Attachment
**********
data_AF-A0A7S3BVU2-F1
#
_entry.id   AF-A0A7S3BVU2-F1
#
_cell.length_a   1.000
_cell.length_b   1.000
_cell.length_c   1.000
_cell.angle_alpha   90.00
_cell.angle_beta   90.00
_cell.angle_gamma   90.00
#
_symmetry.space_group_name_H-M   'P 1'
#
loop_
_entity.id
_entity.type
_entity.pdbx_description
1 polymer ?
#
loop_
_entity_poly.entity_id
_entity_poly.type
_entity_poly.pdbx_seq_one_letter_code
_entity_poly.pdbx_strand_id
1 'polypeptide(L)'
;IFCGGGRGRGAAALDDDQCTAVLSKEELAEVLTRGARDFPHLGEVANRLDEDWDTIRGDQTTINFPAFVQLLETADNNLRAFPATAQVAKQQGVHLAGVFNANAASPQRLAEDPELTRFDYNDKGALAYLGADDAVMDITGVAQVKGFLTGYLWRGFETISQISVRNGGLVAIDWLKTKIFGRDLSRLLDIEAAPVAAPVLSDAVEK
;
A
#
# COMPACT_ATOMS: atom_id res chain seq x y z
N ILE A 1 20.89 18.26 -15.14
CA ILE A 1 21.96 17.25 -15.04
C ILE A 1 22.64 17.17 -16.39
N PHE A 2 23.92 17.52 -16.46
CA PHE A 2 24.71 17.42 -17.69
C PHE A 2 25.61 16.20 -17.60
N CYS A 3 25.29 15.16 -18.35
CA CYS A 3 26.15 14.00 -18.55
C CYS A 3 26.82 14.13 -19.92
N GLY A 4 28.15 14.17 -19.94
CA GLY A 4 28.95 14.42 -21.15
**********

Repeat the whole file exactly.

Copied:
data_AF-A0A7S3BVU2-F1
#
_entry.id   AF-A0A7S3BVU2-F1
#
_cell.length_a   1.000
_cell.length_b   1.000
_cell.length_c   1.000
_cell.angle_alpha   90.00
_cell.angle_beta   90.00
_cell.angle_gamma   90.00
#
_symmetry.space_group_name_H-M   'P 1'
#
loop_
_entity.id
_entity.type
_entity.pdbx_description
1 polymer ?
#
loop_
_entity_poly.entity_id
_entity_poly.type
_entity_poly.pdbx_seq_one_letter_code
_entity_poly.pdbx_strand_id
1 'polypeptide(L)'
;IFCGGGRGRGAAALDDDQCTAVLSKEELAEVLTRGARDFPHLGEVANRLDEDWDTIRGDQTTINFPAFVQLLETADNNLRAFPATAQVAKQQGVHLAGVFNANAASPQRLAEDPELTRFDYNDKGALAYLGADDAVMDITGVAQVKGFLTGYLWRGFETISQISVRNGGLVAIDWLKTKIFGRDLSRLLDIEAAPVAAPVLSDAVEK
;
A
#
# COMPACT_ATOMS: atom_id res chain seq x y z
N ILE A 1 20.89 18.26 -15.14
CA ILE A 1 21.96 17.25 -15.04
C ILE A 1 22.64 17.17 -16.39
N PHE A 2 23.92 17.52 -16.46
CA PHE A 2 24.71 17.42 -17.69
C PHE A 2 25.61 16.20 -17.60
N CYS A 3 25.29 15.16 -18.35
CA CYS A 3 26.15 14.00 -18.55
C CYS A 3 26.82 14.13 -19.92
N GLY A 4 28.15 14.17 -19.94
CA GLY A 4 28.95 14.42 -21.15